Candidates For Governor Get Fast Start
Each Says the Other Appeals to the Fringe of His Party
Thursday, June 11, 2009
RICHMOND, June 10 -- Democrat R. Creigh Deeds and Republican Robert F. McDonnell began outlining the broad themes of their campaigns for governor Wednesday in a race that will focus heavily on jobs and the economy and take on national political significance for both parties.
Just hours into the general election, Deeds told hundreds of sign-waving supporters at a rally here that he would bridge partisan and regional divides in the mold of two moderate Democrats, Gov. Timothy M. Kaine and U.S. Sen. Mark R. Warner. McDonnell conducted a series of drive-time radio interviews to tell listeners that he would serve as a fiscal watchdog bent on reining in spending in Richmond.
The candidates were quick to begin trading accusations that their opponent appealed to the fringe of his party. McDonnell, Deeds said, opposes abortion rights, stem cell research and federal stimulus money. "The contrast this fall could not be more stark,'' he said. "Bob McDonnell has a social and economic agenda that will take us back."
McDonnell, in turn, said Deeds would be a poor steward to guide the state through a recession. "My philosophy is to keep taxes, regulation and litigation low," he said. "He set a record of doing something different."
The two men spoke once, cordially, shortly after Deeds addressed supporters Tuesday night to celebrate winning his party's nomination in a blow-out election. "I just said, 'Bob, I look forward to a clean, fair fight,' " Deeds said.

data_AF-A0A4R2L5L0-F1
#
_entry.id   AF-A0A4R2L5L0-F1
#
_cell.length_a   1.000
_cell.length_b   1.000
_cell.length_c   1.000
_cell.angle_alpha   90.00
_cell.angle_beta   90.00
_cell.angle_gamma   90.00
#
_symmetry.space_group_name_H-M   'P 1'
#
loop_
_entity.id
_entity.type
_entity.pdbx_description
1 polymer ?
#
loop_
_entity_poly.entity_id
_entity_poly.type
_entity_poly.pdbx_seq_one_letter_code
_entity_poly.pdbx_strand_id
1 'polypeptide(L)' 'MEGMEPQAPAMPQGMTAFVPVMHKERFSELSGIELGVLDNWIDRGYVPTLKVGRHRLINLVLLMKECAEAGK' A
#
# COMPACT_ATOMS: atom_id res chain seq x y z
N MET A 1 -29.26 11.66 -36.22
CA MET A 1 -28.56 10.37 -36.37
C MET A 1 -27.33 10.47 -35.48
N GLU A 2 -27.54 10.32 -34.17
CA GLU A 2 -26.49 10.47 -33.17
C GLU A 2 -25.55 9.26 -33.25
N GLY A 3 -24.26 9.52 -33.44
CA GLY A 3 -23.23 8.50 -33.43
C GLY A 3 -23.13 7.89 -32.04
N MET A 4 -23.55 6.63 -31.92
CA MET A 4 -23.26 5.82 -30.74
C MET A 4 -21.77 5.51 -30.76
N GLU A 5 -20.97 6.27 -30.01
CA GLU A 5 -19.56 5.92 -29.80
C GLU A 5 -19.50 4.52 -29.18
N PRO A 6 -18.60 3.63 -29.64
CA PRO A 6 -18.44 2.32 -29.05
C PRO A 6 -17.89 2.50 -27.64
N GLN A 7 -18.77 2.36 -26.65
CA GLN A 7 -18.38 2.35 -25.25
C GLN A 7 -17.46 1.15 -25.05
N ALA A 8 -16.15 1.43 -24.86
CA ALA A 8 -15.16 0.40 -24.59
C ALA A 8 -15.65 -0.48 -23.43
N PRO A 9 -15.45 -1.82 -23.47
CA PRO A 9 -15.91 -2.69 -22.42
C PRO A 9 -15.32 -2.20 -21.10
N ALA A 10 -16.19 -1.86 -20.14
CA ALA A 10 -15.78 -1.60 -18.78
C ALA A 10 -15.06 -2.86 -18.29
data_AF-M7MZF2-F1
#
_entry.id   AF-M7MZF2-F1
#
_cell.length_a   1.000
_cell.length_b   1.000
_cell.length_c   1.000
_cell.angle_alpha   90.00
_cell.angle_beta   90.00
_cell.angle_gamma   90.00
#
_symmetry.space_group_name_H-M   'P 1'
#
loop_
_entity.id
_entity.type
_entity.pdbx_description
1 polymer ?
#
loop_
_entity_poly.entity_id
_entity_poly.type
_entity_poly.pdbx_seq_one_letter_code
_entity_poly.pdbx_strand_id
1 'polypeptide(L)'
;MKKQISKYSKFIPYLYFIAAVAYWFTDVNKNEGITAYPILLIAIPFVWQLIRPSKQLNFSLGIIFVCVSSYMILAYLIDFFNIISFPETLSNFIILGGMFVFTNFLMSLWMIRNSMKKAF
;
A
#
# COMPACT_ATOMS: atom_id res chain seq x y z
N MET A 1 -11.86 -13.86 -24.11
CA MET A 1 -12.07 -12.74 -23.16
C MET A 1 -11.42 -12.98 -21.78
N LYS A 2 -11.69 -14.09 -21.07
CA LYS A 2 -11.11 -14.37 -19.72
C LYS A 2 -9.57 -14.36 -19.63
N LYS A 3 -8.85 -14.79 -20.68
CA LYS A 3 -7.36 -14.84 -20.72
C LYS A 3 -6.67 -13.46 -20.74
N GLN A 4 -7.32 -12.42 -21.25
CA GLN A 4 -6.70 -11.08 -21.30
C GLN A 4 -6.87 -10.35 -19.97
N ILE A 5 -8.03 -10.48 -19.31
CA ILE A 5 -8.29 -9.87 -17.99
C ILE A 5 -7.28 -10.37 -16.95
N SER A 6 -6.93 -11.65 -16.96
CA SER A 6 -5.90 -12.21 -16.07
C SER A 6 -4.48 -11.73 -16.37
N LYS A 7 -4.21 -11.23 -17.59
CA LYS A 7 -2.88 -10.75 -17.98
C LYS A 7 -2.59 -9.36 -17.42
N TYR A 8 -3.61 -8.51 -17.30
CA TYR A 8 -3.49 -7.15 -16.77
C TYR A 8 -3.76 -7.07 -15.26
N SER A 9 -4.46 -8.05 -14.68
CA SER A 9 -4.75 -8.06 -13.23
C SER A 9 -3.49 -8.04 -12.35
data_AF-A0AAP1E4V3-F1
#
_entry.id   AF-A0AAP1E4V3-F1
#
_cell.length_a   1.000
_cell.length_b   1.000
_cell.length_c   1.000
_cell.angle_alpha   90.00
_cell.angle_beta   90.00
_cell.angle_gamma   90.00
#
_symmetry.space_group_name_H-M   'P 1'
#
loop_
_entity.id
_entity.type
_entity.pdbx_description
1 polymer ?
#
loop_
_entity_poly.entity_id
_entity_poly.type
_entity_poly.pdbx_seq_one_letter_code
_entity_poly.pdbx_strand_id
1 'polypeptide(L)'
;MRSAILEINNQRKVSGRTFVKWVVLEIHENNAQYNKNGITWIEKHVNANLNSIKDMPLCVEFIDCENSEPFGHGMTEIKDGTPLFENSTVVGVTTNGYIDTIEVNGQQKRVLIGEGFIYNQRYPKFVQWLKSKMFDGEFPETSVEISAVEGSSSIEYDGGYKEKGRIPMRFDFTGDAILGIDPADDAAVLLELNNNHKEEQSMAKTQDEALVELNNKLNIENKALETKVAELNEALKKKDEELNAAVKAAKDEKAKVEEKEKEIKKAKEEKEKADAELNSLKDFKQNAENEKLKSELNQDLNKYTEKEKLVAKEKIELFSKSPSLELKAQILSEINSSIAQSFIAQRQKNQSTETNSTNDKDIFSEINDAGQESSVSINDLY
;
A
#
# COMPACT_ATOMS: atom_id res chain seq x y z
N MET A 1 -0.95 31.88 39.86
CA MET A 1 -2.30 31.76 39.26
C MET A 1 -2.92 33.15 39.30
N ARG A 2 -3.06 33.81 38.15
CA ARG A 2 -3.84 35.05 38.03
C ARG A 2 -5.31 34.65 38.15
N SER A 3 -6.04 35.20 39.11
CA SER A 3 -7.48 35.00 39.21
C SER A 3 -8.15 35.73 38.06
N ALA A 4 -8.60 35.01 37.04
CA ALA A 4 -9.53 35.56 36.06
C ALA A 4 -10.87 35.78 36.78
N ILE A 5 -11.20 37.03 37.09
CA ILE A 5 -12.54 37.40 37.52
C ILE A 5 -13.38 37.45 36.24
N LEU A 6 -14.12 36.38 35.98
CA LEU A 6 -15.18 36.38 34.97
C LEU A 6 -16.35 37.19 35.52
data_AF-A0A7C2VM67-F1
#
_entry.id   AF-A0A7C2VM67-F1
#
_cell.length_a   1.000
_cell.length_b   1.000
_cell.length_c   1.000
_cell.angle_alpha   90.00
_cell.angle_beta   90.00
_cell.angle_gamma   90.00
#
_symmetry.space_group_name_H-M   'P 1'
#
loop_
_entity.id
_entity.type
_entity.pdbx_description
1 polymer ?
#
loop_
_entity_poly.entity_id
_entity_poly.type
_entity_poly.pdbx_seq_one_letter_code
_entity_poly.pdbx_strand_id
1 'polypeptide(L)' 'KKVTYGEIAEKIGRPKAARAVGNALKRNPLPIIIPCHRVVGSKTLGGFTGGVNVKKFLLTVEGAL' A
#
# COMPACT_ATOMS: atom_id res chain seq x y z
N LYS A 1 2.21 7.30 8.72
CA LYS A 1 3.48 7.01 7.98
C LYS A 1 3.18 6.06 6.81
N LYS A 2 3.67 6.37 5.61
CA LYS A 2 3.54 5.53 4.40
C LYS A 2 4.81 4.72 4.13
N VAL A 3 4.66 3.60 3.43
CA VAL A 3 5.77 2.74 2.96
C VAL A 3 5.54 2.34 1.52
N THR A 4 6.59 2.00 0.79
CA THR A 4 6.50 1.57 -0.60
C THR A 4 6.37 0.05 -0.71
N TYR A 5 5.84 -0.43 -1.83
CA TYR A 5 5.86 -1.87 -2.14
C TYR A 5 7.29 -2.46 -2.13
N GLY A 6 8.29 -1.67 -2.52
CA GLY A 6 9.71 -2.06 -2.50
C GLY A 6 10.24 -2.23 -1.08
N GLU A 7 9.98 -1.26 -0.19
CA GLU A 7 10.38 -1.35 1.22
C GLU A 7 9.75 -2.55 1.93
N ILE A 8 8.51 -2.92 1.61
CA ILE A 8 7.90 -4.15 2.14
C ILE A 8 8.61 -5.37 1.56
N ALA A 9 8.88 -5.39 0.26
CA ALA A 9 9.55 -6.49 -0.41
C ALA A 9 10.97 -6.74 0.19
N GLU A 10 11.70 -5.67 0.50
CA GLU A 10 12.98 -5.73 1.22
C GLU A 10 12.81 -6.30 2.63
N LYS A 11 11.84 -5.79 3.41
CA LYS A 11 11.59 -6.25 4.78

But Wednesday foreshadowed what could become a fractious general election.
In a state where a decade of trend lines have shown the northern suburbs exerting increasing political power, Deeds and McDonnell both signaled that much of the fall campaign will be fought over who best appeals to Northern Virginia voters. Deeds bases his claim on the region in part on the fact that he won a majority there Tuesday. McDonnell says he's a natural fit because he grew up there. "I'm the Northern Virginia candidate,'' McDonnell said during one interview.
Even before the Democratic primary had ended, though, Democrats had started revving up efforts to peg McDonnell as a social conservative and embarked on $3 million TV campaign describing him as a candidate who would be unfriendly to working people.
Republicans, who appeared to be caught off guard by Deeds's come-from-behind victory, began distributing information immediately to reporters Tuesday night, describing the new Democratic nominee as a candidate who would spend recklessly and increase taxes.
Deeds, they said, backed a 2004 tax package helmed by Warner that resulted in new investments in state services. Deeds also has backed a succession of proposals to use new tax dollars for transportation. Last year, he voted for an ultimately unsuccessful proposal to raise the gas tax by 6 cents over six years. The vote came while gas prices were high. Republicans signaled that the gas-tax vote could become a highlight of their campaign.
That vote was the first bullet point on a Republican Governors Association e-mail welcoming Deeds to the race. The e-mail was headlined "Deeds: High Taxes, Unelectable."
Also immediately clear yesterday was that Virginia's high-stakes governor's race -- one of two statewide races in the nation this year -- will draw aggressive involvement by national leaders in both political parties.